• S&P closed down 2.77% this month for its second-straight negative month
  • Nasdaq closed down 5.51% this week for its worst week since March 20 when the Nasdaq lost 12.64%

Dow and S&P 500 take a breath after an ugly week, tech stocks lead the way down | News by The Thaiger

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Tourism

From tourist heroes to zero – how the world’s former tourist magnets are coping

The Thaiger & The Nation

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From tourist heroes to zero – how the world’s former tourist magnets are coping | The Thaiger

If over-tourism became the buzzword in the travel industry in 2019, the opposite applies in 2020 when most of the world’s most popular tourist magnets are now facing a genuine economic crisis, forced on them by government closures and a risk-averse travel public, most of whom are prevented from travel beyond their own borders. We visit Dubrovnik, Santorini, Ibiza, Barcelona, Venice, Bali and Phuket.

Despite the perils of overtourism, and all sorts of plans to limit the rising foot-traffic, nothing could have prepared these bucket list locations for the challenge they now face. Travel bans, quarantines and nationwide lockdowns are forcing travellers to stay home and face their own domestic economic issues.

Travel is a long way down the list now for much of the world’s middle class who made up the vast majority of global travellers. More than most industries, Covid-19 has brought the world’s travel industry to its knees.

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Weather

At least 35 dead, 100s injured, 50+ missing in Vietnam typhoon Molave

The Thaiger

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At least 35 dead, 100s injured, 50+ missing in Vietnam typhoon Molave | The Thaiger

‘Molave’ has been the most powerful typhoon to hit Vietnam in 20 years. As it peters out into a harmless low pressure front making its way westwards in Thailand. Officials say the death toll across Vietnam may rise as some regions have been unable to report details of damage and casualties. This morning the remnants of Molave are sitting directly over central Thailand dumping rain but having lost its power.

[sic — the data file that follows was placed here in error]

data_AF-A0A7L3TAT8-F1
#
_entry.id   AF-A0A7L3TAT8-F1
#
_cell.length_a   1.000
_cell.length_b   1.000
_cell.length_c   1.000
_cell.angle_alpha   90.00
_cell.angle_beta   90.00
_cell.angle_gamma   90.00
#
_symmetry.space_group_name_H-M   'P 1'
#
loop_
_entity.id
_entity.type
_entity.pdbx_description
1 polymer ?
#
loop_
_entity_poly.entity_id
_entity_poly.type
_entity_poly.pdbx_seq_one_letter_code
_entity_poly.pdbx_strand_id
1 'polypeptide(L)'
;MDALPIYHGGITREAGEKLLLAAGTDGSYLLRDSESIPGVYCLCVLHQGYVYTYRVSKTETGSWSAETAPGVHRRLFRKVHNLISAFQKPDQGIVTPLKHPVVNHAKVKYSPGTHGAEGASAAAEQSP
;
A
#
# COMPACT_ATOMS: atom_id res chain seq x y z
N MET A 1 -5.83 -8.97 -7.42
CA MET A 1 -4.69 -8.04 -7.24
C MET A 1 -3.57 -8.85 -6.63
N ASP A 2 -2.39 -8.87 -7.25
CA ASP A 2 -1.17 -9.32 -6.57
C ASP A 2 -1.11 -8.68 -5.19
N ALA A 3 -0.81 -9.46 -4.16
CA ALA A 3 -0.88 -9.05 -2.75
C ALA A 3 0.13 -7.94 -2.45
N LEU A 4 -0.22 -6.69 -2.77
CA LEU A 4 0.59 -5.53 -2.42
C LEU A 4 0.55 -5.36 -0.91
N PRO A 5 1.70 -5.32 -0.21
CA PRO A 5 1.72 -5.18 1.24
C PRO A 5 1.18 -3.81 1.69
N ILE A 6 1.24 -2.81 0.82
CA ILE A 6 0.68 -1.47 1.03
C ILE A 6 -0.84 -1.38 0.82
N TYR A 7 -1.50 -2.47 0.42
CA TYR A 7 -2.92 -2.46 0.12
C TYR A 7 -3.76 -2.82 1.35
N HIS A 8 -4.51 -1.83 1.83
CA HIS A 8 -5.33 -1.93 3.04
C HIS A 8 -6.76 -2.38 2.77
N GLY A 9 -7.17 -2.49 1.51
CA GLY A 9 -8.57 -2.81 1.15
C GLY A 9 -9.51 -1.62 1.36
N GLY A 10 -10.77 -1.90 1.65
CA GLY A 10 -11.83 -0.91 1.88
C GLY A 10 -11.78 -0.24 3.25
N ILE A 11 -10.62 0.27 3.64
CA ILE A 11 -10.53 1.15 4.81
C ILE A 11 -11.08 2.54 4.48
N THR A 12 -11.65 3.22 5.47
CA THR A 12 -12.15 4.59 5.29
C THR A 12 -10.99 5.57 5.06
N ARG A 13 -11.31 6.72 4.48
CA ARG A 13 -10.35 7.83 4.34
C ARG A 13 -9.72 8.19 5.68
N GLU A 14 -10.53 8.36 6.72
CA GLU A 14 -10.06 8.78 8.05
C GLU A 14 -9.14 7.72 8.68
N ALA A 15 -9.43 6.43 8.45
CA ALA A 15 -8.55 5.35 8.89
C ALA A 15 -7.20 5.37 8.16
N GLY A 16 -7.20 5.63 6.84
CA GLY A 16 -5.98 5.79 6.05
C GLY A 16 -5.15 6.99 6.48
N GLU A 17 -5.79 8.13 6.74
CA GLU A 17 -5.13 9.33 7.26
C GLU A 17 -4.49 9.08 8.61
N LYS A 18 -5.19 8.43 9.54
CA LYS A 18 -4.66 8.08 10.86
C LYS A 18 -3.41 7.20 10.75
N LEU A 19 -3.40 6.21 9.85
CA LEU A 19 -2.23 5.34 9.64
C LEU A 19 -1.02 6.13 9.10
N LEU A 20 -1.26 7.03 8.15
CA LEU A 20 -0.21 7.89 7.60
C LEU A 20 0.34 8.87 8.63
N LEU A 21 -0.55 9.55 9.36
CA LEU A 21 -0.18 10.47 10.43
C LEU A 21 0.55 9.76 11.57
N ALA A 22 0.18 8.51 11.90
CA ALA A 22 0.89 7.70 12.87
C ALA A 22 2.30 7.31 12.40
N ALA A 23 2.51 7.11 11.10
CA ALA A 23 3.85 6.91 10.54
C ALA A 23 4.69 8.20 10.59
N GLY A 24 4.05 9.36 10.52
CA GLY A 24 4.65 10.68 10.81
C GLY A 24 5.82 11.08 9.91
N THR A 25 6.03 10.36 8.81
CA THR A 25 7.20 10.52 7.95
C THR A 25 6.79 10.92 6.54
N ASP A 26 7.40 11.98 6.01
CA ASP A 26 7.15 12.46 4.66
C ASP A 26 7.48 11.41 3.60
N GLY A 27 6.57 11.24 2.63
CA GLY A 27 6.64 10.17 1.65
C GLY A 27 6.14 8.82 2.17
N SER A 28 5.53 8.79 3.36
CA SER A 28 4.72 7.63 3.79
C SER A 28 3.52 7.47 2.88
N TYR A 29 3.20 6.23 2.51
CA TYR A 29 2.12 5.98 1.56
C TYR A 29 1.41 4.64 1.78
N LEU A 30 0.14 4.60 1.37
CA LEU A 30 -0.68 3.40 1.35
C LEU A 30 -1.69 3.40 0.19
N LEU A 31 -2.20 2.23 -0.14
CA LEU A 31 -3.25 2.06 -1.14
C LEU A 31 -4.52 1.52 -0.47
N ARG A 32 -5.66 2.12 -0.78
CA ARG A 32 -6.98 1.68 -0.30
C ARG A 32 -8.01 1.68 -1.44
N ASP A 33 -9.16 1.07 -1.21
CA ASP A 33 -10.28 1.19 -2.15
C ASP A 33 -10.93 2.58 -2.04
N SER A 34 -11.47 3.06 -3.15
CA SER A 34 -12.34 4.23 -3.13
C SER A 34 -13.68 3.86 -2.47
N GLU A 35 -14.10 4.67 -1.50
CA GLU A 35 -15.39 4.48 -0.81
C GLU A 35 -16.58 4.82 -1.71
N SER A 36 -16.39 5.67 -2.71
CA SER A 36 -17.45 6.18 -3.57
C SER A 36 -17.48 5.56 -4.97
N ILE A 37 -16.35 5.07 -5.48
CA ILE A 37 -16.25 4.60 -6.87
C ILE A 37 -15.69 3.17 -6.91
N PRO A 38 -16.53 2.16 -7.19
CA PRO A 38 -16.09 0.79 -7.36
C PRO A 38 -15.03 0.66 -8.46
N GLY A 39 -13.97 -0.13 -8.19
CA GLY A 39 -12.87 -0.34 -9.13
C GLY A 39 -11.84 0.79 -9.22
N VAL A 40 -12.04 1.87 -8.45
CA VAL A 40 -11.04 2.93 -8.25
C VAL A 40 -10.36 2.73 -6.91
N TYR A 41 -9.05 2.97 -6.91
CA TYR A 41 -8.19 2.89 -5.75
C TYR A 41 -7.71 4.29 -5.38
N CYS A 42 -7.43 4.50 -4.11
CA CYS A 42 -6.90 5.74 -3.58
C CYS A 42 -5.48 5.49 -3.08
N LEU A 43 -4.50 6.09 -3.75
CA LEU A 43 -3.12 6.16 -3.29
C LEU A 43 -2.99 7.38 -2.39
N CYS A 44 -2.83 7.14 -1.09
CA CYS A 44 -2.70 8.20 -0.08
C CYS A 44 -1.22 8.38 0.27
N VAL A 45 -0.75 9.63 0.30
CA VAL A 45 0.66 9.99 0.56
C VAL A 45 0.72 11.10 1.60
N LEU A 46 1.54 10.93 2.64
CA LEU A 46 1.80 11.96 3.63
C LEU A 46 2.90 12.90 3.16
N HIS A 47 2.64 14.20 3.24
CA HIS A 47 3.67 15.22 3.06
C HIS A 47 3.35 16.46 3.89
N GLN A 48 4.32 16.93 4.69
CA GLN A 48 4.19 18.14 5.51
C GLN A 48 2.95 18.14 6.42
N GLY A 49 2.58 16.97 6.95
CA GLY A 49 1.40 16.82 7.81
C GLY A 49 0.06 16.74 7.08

A ‘typhoon’ is the Asian version of a hurricane or cyclone.

At least 35 dead, 100s injured, 50+ missing in Vietnam typhoon Molave | News by The Thaiger

Vietnam deployed soldiers and heavy machinery to search for survivors after landslides triggered by torrential rains from Typhoon Molave, one of the strongest typhoons to hit the region in decades. The main focus for rescue workers has been 3 villages in Vietnam’s central region where landslides killed at least 19 and are suspected of burying more than 40 others in thick mud. Rescue efforts are being hampered by bad weather at the tail end of the storm.

In Tra Leng village, about 45 kilometres from Tra Van, another landslide buried a community with several houses occupied by about 45 people. Rescuers say4 people escaped, while they recovered 8 bodies and later pulled out another 4 villagers alive, including 2 children, who were trapped in a buried house.

Tra Leng was initially cut off to rescue efforts as roads were washed away, flooding and other landslides. By late yesterday government rescue teams were able to open up a road with bulldozers and brought in more rescue teams and heavy equipment.

The Vietnamese government said Typhoon Molave had left millions of people without electricity and damaged at least 56,000 houses and caused a massive blackout in the Quang Ngai province, where 1.7 million people endured the onslaught of the typhoon in darkness.

Also among the dead are 12 fishermen whose boats sank Wednesday as Typhoon Molave approached with winds of up to 150 kilometres per hour.